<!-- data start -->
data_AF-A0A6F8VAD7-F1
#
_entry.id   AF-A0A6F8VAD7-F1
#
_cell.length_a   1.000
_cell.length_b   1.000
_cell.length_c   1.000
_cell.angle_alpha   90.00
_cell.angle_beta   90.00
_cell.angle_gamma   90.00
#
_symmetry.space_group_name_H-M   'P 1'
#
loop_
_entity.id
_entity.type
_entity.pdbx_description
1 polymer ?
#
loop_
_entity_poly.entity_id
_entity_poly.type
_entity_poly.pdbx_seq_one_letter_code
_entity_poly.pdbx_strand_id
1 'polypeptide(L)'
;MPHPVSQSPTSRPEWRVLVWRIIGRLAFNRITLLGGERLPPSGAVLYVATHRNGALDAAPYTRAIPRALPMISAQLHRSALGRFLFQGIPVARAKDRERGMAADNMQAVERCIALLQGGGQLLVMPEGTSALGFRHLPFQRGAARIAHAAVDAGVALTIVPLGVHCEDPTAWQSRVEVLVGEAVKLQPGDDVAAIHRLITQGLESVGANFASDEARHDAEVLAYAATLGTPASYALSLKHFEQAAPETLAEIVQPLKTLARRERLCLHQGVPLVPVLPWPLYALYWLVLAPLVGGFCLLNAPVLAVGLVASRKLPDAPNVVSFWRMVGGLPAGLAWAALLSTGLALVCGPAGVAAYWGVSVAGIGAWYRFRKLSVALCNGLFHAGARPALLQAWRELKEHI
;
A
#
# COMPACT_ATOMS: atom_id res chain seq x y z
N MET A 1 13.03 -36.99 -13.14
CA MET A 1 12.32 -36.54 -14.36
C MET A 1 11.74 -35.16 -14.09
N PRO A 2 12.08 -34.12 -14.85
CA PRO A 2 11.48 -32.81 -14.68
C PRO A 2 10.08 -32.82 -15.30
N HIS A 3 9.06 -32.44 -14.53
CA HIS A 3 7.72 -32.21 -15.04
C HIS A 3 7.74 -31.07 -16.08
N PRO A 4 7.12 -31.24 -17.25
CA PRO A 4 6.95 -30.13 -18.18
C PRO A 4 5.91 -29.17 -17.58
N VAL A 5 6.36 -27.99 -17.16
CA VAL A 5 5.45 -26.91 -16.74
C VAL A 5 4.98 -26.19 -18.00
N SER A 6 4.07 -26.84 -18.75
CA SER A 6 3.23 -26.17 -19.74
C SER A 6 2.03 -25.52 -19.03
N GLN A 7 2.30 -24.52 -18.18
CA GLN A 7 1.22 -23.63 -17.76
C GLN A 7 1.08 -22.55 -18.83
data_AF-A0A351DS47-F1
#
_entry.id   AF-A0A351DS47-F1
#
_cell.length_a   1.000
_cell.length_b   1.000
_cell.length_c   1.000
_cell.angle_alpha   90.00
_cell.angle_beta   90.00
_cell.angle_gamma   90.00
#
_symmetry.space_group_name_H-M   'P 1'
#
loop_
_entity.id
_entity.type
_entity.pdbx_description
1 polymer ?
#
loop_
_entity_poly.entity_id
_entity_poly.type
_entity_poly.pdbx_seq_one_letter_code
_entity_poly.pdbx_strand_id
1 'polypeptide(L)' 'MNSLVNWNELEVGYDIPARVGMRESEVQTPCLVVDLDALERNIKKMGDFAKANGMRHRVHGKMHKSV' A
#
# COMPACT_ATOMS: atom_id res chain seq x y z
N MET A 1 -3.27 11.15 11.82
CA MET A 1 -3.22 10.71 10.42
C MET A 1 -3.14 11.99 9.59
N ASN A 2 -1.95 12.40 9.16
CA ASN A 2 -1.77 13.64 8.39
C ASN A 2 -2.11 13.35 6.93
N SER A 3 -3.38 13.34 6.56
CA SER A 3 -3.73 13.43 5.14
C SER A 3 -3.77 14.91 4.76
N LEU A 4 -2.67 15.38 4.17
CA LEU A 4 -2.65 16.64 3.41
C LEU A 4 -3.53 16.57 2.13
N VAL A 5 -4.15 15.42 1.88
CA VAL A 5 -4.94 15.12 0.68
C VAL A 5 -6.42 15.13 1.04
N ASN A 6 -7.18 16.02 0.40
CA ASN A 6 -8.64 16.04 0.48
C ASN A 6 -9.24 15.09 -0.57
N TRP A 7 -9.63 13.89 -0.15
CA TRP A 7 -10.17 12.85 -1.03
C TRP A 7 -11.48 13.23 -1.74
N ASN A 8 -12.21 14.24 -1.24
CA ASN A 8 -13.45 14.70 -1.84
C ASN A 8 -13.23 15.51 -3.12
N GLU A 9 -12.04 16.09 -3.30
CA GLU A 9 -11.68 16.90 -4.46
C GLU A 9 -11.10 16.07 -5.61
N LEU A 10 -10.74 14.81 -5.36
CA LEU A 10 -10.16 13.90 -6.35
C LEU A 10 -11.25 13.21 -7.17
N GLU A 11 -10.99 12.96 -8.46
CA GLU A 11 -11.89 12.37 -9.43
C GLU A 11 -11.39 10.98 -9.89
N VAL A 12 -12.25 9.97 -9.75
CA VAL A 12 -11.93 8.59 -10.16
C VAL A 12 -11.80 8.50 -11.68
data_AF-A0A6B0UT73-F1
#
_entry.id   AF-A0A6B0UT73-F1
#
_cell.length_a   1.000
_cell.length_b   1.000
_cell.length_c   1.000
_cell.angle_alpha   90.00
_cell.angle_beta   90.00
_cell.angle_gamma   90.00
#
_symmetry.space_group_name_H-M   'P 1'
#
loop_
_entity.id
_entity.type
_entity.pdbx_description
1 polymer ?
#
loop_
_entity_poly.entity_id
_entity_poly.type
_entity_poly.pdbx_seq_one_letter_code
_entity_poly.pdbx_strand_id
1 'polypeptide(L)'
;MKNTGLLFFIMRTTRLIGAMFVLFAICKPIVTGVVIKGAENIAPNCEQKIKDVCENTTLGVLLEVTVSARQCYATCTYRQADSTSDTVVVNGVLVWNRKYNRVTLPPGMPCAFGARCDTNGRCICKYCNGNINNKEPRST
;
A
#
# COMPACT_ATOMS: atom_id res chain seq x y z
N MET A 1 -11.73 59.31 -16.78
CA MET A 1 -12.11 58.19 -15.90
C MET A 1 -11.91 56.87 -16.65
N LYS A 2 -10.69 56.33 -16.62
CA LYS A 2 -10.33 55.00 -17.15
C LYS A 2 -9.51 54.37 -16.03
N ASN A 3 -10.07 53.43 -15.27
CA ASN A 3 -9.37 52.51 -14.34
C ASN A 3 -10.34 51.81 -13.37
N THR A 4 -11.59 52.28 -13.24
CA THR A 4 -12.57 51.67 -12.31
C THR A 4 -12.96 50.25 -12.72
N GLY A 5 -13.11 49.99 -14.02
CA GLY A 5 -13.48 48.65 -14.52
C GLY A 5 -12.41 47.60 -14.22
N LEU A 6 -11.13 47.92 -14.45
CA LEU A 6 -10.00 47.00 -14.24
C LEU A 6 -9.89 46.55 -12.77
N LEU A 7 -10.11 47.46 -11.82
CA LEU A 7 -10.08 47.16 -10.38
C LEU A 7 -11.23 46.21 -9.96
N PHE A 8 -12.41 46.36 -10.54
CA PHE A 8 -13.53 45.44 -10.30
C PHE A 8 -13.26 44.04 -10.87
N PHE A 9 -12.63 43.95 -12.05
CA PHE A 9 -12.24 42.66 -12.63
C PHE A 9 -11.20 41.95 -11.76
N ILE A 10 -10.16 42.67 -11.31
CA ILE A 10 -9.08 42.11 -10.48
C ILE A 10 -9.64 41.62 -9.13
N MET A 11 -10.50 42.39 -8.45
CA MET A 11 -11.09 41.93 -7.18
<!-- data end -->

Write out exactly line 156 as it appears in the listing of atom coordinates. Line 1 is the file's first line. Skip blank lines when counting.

C THR A 4 -12.96 50.25 -12.72